The Science Journal of the American Association for Respiratory Care

2010 OPEN FORUM Abstracts


Kenny Winn; Respiratory Care, Carolinas Medical Center, Charlotte, NC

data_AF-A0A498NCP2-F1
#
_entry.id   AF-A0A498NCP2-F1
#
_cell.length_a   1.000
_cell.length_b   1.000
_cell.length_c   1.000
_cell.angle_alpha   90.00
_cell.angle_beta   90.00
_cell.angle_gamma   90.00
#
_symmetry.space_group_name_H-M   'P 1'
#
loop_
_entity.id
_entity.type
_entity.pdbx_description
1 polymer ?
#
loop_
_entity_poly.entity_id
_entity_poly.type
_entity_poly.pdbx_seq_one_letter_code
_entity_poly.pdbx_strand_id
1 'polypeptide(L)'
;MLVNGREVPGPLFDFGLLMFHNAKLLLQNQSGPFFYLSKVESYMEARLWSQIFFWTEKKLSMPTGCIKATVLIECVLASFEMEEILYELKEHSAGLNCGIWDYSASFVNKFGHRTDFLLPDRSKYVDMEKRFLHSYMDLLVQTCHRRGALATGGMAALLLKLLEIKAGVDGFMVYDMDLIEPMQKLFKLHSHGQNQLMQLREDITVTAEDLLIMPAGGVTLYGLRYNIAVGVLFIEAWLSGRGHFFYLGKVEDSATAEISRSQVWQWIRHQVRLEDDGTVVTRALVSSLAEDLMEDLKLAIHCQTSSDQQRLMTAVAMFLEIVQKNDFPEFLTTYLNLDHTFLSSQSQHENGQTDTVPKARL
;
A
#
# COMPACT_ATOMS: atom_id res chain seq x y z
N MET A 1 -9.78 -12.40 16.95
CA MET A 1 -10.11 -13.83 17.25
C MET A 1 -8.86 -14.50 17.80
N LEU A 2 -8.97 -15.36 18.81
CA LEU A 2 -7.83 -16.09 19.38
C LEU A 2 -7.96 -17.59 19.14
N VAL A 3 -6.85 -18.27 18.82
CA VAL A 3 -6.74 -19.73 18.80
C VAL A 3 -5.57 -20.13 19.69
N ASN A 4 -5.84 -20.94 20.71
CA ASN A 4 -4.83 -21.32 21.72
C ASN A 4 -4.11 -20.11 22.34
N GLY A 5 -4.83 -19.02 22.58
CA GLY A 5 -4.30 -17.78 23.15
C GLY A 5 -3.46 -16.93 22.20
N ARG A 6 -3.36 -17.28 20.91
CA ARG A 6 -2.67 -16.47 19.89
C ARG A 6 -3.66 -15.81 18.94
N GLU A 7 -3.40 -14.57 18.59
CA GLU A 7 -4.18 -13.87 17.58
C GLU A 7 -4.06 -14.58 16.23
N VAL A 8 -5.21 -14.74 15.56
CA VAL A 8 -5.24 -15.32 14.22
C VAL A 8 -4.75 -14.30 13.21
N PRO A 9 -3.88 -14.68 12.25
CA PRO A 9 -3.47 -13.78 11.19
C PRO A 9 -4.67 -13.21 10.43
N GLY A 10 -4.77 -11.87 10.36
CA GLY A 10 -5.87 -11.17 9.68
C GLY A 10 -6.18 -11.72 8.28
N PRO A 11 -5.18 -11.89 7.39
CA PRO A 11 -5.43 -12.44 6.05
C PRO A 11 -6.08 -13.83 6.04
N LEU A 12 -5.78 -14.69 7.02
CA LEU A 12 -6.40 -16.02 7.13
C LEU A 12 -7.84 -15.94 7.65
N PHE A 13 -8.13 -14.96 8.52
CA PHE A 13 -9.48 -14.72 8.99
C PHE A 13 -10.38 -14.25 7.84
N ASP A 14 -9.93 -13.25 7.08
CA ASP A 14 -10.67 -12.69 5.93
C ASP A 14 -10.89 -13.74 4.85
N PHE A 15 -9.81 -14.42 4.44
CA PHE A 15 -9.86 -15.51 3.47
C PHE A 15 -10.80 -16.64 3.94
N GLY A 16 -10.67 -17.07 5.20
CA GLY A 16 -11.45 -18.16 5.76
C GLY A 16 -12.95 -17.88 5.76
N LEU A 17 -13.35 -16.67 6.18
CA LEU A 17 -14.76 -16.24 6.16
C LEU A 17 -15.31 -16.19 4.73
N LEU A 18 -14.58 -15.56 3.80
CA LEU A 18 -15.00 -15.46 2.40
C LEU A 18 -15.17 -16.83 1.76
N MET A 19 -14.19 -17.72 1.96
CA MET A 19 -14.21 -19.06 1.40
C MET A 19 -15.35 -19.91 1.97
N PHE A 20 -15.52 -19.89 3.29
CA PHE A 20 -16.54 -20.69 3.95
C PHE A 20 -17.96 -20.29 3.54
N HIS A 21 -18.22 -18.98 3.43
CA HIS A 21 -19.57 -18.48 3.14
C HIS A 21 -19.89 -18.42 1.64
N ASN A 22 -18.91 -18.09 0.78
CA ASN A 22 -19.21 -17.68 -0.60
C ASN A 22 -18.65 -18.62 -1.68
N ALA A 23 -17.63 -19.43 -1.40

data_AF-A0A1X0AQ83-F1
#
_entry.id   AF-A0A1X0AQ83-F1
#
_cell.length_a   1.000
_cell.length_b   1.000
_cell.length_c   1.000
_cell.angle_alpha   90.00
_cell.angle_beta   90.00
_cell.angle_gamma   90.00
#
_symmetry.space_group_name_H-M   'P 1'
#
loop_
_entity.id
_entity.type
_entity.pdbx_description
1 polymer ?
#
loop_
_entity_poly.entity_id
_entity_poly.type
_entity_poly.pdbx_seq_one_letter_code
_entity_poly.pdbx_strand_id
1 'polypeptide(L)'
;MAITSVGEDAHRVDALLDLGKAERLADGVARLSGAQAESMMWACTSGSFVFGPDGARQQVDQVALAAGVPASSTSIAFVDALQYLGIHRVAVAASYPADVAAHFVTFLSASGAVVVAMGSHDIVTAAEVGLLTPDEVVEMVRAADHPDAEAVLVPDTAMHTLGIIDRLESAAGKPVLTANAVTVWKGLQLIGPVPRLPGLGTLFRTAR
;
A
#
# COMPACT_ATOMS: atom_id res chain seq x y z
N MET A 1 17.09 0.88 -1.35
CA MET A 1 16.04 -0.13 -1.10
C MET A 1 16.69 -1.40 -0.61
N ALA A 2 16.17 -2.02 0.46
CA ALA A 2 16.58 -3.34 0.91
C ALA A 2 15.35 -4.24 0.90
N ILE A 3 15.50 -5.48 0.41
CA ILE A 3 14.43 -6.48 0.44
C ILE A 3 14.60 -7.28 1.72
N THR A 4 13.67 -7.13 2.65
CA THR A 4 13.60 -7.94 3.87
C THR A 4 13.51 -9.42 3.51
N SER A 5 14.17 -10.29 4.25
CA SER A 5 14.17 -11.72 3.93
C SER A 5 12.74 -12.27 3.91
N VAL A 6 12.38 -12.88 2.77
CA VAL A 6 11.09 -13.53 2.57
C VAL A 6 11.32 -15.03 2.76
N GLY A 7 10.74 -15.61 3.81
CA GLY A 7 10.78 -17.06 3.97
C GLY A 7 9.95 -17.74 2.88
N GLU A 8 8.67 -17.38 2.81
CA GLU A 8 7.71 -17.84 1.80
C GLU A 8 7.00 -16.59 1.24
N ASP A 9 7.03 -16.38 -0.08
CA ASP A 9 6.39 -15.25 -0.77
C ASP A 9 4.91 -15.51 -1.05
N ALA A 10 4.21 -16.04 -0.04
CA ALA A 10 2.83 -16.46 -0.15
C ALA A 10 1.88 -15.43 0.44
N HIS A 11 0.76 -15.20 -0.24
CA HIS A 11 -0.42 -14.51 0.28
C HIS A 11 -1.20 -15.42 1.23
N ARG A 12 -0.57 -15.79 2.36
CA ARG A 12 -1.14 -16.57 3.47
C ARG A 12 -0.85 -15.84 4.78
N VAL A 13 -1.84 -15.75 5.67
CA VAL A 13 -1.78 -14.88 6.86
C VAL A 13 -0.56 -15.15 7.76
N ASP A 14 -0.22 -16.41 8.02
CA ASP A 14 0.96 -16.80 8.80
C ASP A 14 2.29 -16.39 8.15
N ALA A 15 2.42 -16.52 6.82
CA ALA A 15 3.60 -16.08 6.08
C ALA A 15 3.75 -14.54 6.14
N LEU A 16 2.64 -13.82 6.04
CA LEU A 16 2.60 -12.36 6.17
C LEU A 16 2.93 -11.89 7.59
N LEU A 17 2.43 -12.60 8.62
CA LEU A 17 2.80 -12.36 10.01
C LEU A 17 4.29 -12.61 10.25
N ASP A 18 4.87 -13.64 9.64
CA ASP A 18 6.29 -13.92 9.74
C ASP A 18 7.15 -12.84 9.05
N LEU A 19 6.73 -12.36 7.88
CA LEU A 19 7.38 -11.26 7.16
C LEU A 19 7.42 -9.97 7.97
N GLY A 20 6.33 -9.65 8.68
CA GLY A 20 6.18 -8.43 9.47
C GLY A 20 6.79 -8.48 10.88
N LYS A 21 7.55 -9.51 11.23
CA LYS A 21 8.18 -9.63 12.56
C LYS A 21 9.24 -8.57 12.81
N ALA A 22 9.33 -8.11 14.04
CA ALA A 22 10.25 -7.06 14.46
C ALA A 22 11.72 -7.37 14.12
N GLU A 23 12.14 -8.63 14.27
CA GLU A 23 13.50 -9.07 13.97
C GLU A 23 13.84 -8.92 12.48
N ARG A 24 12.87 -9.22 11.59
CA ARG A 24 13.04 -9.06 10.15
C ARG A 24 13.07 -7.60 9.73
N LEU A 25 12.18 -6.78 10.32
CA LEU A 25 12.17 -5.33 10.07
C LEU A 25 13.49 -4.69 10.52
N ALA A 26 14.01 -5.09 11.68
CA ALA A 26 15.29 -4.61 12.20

Background: Traditionally a one-way-valve is necessary for delivery of inhaled Nitric Oxide (iNO) in conjunction with High Frequency Oscillatory Ventilation (HFOV). Conversely, we believe the one-way-valve does not create unidirectional flow during HFOV. We believe the flow is bidirectional through the one-way-valve during HFOV. Accordingly, the one-way-valve may not be necessary when delivering iNO in conjunction with HFOV. This study measures flow and pressure through the one-way-valve during HFOV. Method: 1. Set-up 3100A and 3100B HFOV circuits and place the one-way-valve pre-heater and performed pre-use procedure for both 3100A and 3100B. Connected test lung to 3100A and 3100B circuits. 2. 3100A: Set Bias Flow 10 L/min, Hz 15, DP 18 cmH2O. 3100B: Set Bias Flow 20 L/min, Hz 6, DP 70 cmH2O. 3. Measured change in pressure (DP) in cmH2O pre and post one-way-valve pre-heater for 3100A and 3100B. 4. Measured bias flow (L/min) pre and post one-way-valve for 3100A and 3100B. 5. Removed the one-way-valve and re-performed pre-use procedure for 3100A and 3100B. 6. Repeated measurements from steps 3 and 4. Results: 3100A: Measured DP pre and post one-way-valve: 4 cmH2O. The measured DP without one-way-valve: 4 cmH2O. Bias Flow measured 10 L/min pre and post one-way-valve and 10 L/min without one-way-valve. 3100B: The measured DP pre and post one-way-valve: 6 cmH2O. Measured DP without one-way-valve: 6 cmH2O. Bias Flow measured 20 L/min pre and post one-way-valve and 20 L/min without one-way-valve. Conclusion: These findings propose that the one-way-valve allows for bidirectional flow during HFOV. Hence, the one-way-valve may not be necessary when administering iNO during HFOV. Additionally, measured bias flow was consistent with and without the one-way-valve in both the 3100A and 3100B circuit. Accordingly, iNO injected into the HFOV circuit may be the same with or without the one-way-valve. Discussion: Both HFOV and iNO are technical in nature and entail utmost attention to detail when administering to the critically ill patient. Therefore, when combining these two modalities together it is valuable to eliminate unnecessary technical equipment to facilitate efficient patient care, decrease practitioner anxiety, and most importantly eliminate medical errors that may cause serious harm to the patient. Additional studies to determine necessity of the one-way-valve during HFOV and iNO are necessary. Sponsored Research - None